The most interesting thing about the Cobb trade was the post-mortem as offered by Cobb:
Cobb coyly walked back the initial comments with some positivity at the end, but “see[ing] the other side” and using :ThinkingFace: at the comparison to prison was certainly not what you’d like to hear as a Texans fan. The most interesting part of it to me was the choice of words as a “start-up” because that is also exactly the comparison Nick Caserio gave at the Sloan conference this year.
I think that’s a wildly interesting choice of words for both of these guys to land on. Start-ups tend to be almost lionized by veterans of the dot com boom and they get wrapped in that same sort of entrepreneurial spirit blanket that makes their mistakes worth overlooking. Of course, you know, 90% of start-ups fail. Many of those that don’t fail, like Uber, are privately subsidized because the real cost of doing business is so high that there’s no way they can be profitable without becoming a monopoly. Then you have to think about what makes the Texans different from other football teams — what is the thing that they’re disrupting?
If you think about the Texans philosophically, they don’t really have a deep and acknowledged analytics department. They have two former Belichick Patriots in the front office — a thing many people do or have done. I would argue that they have put Nick Caserio front-and-center as general manager in a way that other teams don’t — I can remember years going by where we’d hear from Rick Smith less than five times total all season. Caserio was the first interview at training camp and between 610 and Texans Radio, he might hit five appearances before we’re done with the second week of camp.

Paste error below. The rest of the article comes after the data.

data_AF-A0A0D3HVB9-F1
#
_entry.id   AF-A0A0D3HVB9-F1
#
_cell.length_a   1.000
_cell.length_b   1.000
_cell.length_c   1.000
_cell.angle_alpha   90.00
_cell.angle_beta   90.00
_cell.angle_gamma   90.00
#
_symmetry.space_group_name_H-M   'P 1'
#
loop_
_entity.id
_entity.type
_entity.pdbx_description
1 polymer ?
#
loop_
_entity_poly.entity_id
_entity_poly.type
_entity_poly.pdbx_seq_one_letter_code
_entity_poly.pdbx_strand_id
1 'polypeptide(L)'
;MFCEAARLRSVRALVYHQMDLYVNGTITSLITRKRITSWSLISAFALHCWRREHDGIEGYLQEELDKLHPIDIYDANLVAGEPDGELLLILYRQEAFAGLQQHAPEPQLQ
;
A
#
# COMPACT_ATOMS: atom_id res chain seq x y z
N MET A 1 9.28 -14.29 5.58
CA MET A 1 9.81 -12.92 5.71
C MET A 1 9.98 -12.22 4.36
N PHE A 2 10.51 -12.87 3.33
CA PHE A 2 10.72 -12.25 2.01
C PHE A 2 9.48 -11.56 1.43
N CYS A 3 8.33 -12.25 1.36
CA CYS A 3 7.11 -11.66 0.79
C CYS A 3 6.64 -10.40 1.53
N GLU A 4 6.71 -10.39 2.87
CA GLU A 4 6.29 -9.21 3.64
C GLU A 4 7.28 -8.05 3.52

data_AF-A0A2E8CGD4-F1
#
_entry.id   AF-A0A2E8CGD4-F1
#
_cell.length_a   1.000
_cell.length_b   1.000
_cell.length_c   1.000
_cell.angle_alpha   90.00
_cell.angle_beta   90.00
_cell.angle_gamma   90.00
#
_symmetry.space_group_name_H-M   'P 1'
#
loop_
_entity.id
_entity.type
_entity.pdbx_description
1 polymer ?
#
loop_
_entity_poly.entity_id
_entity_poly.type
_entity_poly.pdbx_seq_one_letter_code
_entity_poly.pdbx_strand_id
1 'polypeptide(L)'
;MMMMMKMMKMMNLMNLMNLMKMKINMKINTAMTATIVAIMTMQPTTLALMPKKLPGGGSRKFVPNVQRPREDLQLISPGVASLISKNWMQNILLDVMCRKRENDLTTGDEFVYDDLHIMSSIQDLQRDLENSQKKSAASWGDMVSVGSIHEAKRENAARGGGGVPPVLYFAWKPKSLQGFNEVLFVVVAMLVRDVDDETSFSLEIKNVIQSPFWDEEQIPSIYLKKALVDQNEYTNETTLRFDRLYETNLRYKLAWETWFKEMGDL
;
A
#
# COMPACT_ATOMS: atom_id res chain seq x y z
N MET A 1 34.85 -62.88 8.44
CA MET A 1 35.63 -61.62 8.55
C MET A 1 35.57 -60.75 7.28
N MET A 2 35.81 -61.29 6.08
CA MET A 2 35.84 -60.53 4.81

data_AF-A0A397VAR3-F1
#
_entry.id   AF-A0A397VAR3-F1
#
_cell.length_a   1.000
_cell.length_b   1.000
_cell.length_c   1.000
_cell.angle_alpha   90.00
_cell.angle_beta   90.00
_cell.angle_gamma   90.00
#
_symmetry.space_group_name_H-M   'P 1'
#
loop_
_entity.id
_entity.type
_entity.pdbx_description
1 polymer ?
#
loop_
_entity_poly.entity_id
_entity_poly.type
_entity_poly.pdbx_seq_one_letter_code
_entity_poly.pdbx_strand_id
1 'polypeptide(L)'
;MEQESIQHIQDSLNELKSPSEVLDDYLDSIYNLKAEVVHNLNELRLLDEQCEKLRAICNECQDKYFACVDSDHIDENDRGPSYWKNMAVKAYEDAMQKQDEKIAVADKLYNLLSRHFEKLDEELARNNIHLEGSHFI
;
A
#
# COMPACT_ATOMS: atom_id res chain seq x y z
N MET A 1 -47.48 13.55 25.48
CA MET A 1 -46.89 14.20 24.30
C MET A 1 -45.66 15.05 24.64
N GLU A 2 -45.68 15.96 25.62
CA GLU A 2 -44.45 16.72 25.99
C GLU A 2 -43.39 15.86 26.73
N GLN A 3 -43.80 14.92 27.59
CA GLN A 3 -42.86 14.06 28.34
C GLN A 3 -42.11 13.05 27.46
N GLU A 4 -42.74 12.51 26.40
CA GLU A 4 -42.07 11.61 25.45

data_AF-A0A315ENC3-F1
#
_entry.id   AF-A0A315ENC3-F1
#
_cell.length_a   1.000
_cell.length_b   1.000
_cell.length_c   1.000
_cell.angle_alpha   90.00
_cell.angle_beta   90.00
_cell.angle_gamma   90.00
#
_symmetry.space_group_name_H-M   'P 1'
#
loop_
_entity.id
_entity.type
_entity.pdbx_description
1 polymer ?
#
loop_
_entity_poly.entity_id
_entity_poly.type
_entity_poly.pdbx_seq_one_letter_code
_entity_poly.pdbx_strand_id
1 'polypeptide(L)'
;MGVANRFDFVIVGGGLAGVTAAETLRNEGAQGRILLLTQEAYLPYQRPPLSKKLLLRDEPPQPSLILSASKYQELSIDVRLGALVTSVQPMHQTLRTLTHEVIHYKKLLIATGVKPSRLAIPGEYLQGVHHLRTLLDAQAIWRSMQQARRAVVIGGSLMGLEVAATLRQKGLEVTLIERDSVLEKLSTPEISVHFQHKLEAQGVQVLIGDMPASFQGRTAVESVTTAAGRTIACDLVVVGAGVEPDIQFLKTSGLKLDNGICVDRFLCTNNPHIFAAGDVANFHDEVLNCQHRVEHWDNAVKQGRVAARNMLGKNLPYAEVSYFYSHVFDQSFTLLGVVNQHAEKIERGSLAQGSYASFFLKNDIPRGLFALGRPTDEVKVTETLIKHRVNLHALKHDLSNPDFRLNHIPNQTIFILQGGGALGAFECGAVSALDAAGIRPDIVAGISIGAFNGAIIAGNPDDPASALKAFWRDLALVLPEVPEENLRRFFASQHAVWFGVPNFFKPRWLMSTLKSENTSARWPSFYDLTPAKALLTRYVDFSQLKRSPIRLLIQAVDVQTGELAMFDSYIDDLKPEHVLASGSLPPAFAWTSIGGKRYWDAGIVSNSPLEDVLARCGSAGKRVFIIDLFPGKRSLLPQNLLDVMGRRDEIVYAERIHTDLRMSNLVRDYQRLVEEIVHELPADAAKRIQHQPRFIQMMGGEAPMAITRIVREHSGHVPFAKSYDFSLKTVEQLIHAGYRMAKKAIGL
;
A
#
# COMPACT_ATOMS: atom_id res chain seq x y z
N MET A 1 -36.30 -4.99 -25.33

David Culley isn’t in the same position of power that Caserio is. Remember haughty Bill O’Brien? Haughty Bill O’Brien would have loved the Deshaun Watson situation in this camp, and would have come to play every day with any reporter who asked about it. Haughty O’Brien would have told you that he only has to release so much information, and he would have done it with a defiant look on his face. David Culley? Company line guy. Who makes the company line if not David Culley? Why is 610 promoting it as Camp Caserio rather than Camp Culley? The power dynamics are pretty clear.
But the idea of someone having more power than someone else in a roster-building/coaching dynamic? Not new. What is new about this team?
That, I’m pretty sure, is the real answer here. The premium on player personality and drive. It squares with Caserio’s years of experiences interviewing prospects on the road. It squares with Jack Easterby’s real in towards a major job despite no experience in the area — and his reported desire to have certain players trailed — because Easterby’s sale is that he is a connector. This major focus on competition (in theory) brings out the best in this select group of individuals, but not everyone. This isn’t to say that player personality isn’t important, by the way. But if you try to envision this as a start-up company, the personality and the culture is what the Texans are doing that makes them different.